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employee coaching

3 Good Reasons for Employee Coaching


Employee coaching is one of the best investments you as a manager can make into your team.


Great leaders focus their time and efforts on developing their teams. The reason is simple. It is to ensure that the team is highly effective and self-motivated, and every team member reaches their maximum potential. The most common way is employee coaching.


More than 70% of people benefit from coaching through better work performance, relationships and more effective communication skill.


Employee coaching is all about helping your team to grow by figuring out what each team member needs to perform well and supporting them on the way to achieving this. This is done through thoughtful questioning, active listening, and constructive feedback.


Initially, it will take time through regular catch-ups and coaching sessions; however, as the employee develops they will need less and less help. This will allow you to free up your time and give you the good feeling that your team will only need your help when necessary.


At the beginning of my people management journey, I did not invest enough time in my team. When they came to me with problems I rather solved them myself because it was quicker than helping my team member through the process. Through this, I became a bottleneck to my team and demotivated the team in the process. Once I had recognized that I started weekly operational meetings and 1:1's where I use a coaching-style approach to support the team in finding solutions for their daily work activities. It took the better part of a year; however, I start now to see the benefits, including positive feedback from outside teams.


I would love to see you benefit from this too. Therefore, this post is all about employee coaching.

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3 Key Considerations for Employee Coaching

coaching and mentoring


1. Not All Team Members Are the Same

One size fits all works, isn’t it? It doesn’t.


Every team member will have very specific coaching needs. These will depend on their style and likely all will be in different development stages. And that is okay. You as the manager need to work with that to realize the benefits of employee coaching for your employee, team, and yourself.


For many, it is hard to comprehend that people view the world through different lenses and their styles will lead to different approaches. You will need to stay open for that in employee coaching to keep the team motivated. Surely, you will also learn in the process that the same results can be achieved in a multitude of ways.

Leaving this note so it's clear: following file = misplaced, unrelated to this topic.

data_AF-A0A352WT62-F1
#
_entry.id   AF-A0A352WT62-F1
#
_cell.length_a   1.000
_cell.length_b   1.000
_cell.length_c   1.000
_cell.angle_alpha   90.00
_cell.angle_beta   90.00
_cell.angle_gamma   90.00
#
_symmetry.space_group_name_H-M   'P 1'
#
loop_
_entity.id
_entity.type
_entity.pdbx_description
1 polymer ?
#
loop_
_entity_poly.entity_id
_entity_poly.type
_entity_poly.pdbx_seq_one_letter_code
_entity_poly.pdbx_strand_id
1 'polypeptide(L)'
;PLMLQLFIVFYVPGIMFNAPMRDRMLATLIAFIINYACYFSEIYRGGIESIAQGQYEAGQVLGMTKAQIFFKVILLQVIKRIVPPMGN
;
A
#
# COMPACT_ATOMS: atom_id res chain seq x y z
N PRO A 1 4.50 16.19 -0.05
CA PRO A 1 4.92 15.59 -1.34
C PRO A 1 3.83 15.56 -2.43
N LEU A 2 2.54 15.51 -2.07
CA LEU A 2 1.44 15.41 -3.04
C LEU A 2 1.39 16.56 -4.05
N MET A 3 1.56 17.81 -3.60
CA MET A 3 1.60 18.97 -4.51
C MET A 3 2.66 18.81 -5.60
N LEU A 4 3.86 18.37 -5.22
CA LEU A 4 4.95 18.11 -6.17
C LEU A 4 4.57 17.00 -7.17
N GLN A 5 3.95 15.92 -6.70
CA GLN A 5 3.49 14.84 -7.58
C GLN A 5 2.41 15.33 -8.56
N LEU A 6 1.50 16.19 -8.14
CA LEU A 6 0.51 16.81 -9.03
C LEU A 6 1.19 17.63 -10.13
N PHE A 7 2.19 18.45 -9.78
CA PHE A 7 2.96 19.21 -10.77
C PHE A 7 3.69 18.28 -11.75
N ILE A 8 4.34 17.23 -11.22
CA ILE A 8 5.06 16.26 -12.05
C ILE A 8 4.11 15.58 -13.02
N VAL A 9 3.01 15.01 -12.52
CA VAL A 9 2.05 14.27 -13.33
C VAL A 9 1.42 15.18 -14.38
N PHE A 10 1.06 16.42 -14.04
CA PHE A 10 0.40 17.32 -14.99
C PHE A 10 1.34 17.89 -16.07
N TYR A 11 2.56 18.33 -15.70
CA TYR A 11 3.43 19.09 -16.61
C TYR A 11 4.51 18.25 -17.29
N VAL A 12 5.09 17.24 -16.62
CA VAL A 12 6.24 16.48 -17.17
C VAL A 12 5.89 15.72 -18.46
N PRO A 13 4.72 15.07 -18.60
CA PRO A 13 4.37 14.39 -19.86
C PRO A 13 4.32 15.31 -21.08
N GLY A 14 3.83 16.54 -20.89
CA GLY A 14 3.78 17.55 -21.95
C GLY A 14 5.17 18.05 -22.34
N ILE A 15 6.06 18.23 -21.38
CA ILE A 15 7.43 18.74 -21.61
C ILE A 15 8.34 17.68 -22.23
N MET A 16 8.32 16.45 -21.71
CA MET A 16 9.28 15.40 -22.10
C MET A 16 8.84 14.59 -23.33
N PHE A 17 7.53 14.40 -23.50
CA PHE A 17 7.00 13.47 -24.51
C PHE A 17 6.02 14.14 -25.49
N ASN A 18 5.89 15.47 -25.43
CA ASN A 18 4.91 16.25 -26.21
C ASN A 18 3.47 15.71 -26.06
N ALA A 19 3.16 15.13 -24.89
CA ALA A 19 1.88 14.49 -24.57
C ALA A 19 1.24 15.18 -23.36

The big benefit for you as a manager in a coaching scenario is that you are in a passive role. You ask questions to help the employee through a thought process. Meaning you will spend a lot of time listening to their responses which should take the majority of the session. Listen attentively and you will learn a lot about your team.


2. Help Your Team with Their Personal Development

One big goal as a manager should be to grow a team and then ensure that the team stays! Employees who are fulfilled at their work are less likely to leave their current employment.


A big motivator is  personal development. A manager can address this easily through employee development plans to achieve their personal career goals. These can be the goal to be promoted, reduce stress at work, learn a new skill, and many more. They are often very different between the team members.


Coaching is ideal for this because you support your team members to work towards a personal goal by giving them your time regularly. This shows support and interest.


3. Figure Out What Works for You and Your Team

There are different ways of coaching styles and techniques, which range from free and employee-determined discussions to coach-guided sessions with a predetermined outcome.


There is no right or wrong style and technique. You will need to figure out what your team needs and in which situation. For example:


Professional development: An employee needs to take ownership of their professional development beyond the requirements of their job role. Nonetheless, you as a manager can support your employee in creating a plan through coaching. In a scenario like this, you would ask open questions that lead the employee through a thought process of what they want to achieve, boundaries, required resources, and the like. This will help them create their unique development plan.


Work commitment: These involve time and content commitments. Don’t just tell your employees how to do things in a scenario like this, except for it is absolutely necessary. I rather use a coaching-style approach. I would spend time with the employee and help them to define a plan through a set of guided questions. If this session doesn’t yield a good enough plan and agreed-on actions from the employee you can still put on your manager’s hat and tell. In this case, I would just accept that the learning and self-reliance of the employee need more time and support.


Get accustomed to different types and styles of coaching, and use it where it is most beneficial to you.

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